The Unedited Truth About Being A UVA Student In Charlottesville For The Last Four Years

Anthony Crider/Wikimedia Commons

As a graduating Fourth Year (or Senior if you prefer), you have probably been through both the highs and lows of college. You may have experienced an A+ in a class, a failing test, a really fun hookup, a really regrettable hookup, a relationship even, but in all hopefully it has been an unforgettable ride.

Now imagine all of these classic college anecdotes, but add in a tidal wave of headlines, cameras, and tragedies in your community.

Welcome to the reality of the 2014-2018 Class at the University of Virginia (UVA).

The Class of 2018, my graduating class, has experienced so much in our four years at UVA. From Hannah Graham, to the Rolling Stone article, to Otto Warmbier, to August 11th & 12th, and the death of Heather Heyer, it has felt like one heartbreak after another.

First of all, I would like to quickly note that my heart goes out to the family and friends of Hannah, Otto, and Heather. While the entire Charlottesville community mourns these deaths, we must love and support those most impacted by these tragedies. In turn, we must also love and support each other. The rest of this piece documents my thoughts and my experiences, but does not speak for every student at UVA. We must stand together in times of great loss, but also recognize that everyone experiences trauma and tragedy differently.

First year I remember meeting Hannah at a party. The next thing I knew, her face flashed across the news. After her disappearance, one of my teammates on Ultimate Frisbee came up to me and said, “Wow, I can’t imagine being a First Year right now.”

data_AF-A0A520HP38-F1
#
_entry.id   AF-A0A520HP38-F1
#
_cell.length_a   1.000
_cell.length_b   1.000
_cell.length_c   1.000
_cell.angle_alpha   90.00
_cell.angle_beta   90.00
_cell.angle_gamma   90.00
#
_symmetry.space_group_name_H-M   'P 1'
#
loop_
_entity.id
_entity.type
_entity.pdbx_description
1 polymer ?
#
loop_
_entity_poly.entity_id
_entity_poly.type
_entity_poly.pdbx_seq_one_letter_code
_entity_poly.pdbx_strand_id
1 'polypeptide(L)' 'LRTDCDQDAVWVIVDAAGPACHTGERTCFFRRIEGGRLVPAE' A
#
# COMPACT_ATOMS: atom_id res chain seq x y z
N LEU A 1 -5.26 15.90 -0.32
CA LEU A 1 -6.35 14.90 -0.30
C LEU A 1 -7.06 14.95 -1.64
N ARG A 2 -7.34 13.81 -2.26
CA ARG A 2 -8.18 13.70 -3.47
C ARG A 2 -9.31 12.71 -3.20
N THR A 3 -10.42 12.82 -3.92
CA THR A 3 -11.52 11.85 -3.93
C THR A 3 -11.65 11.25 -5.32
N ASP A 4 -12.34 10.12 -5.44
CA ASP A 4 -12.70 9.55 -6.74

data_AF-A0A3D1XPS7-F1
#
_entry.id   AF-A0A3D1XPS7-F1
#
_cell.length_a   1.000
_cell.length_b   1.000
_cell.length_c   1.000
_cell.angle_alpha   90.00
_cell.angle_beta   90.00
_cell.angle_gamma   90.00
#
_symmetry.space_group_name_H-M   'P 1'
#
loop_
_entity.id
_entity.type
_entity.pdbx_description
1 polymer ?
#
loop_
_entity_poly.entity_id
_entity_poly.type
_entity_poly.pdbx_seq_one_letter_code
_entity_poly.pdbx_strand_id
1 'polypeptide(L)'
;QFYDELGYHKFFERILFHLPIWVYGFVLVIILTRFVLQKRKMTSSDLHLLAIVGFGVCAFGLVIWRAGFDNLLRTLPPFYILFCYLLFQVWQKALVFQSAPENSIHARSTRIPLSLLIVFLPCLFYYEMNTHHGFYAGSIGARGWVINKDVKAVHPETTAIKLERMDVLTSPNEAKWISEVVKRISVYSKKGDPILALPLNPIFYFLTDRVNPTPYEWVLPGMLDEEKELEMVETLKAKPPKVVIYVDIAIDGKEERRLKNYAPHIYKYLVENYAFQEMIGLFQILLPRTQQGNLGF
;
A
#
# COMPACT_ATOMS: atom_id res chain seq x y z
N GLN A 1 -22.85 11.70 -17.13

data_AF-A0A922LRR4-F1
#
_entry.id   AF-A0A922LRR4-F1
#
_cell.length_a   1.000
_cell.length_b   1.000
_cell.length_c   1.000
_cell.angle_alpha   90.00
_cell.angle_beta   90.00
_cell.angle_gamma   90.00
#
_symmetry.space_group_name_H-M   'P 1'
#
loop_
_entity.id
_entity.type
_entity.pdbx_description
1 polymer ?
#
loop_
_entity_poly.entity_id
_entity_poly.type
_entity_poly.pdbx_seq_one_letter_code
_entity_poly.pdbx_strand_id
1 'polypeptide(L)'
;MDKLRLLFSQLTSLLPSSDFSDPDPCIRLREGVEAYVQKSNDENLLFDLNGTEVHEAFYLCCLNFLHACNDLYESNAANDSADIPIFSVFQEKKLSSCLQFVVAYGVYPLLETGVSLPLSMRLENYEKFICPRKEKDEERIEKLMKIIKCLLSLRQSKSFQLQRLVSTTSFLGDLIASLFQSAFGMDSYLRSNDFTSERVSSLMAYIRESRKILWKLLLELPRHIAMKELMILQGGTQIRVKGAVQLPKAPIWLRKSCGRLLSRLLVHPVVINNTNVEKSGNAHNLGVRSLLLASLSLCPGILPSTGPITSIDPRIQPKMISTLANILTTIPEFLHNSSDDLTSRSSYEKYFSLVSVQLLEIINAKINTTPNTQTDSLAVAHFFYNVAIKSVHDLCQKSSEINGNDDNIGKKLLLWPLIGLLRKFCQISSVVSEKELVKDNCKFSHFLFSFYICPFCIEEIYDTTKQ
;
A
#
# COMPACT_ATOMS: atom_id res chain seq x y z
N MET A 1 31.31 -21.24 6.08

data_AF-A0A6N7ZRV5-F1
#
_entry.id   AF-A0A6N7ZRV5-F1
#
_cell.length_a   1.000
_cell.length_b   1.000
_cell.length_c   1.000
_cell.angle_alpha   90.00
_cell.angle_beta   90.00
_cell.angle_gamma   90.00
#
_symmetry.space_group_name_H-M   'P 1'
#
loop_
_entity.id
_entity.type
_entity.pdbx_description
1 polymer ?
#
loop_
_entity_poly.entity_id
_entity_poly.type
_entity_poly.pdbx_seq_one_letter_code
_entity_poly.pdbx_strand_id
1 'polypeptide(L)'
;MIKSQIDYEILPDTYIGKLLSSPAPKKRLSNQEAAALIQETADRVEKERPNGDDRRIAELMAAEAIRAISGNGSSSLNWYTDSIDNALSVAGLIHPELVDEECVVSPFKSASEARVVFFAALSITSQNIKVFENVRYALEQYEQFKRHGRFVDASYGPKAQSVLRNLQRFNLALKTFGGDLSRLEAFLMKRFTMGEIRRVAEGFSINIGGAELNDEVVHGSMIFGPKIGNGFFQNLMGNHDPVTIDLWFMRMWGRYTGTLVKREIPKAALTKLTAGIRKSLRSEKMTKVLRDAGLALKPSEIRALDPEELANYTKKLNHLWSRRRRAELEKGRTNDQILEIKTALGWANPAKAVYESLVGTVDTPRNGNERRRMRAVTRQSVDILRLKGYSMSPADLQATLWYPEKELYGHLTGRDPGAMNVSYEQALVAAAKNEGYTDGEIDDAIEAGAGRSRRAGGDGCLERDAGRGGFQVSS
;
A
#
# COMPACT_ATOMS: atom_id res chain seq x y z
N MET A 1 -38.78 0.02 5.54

To be quite honest, I wasn’t sure how to respond.

At this point UVA had felt like a bubble, a cocoon of young and friendly students. When I thought about it, I had never really allowed myself to move outside of this bubble. I felt ignorantly safe, even happy. Then Hannah disappeared. If that doesn’t snap you right into reality then I don’t know what will. The unanswered questions originally surrounding her disappearance and murder set a large shadow over UVA and its students.

This was my first taste of college life. For me, it was hard to stay grounded in a situation when I was still trying to settle down and grow my roots. Needless to say, as a young nervous First Year, I was scared out of my mind. I remember waking up to texts from my mom, dad, and other family members begging me to be safe and to never walk alone at night. I came to college with the hopes of freedom and independence, but had quickly learned of the dangers that came with this liberty.

Once the Rolling Stone article was published and then retracted, I was anxious that other women’s stories would be questioned, that one fake account could devalue the testimony of a sexual assault victim. I hated that a victim’s voice could be mistrusted, that this article could possibly be used as a counter argument. As headline after headline rolled in, I felt less like a student and more like a background character in a show. Walking aimlessly, not making eye contact with the cameras, not fully knowing what to do.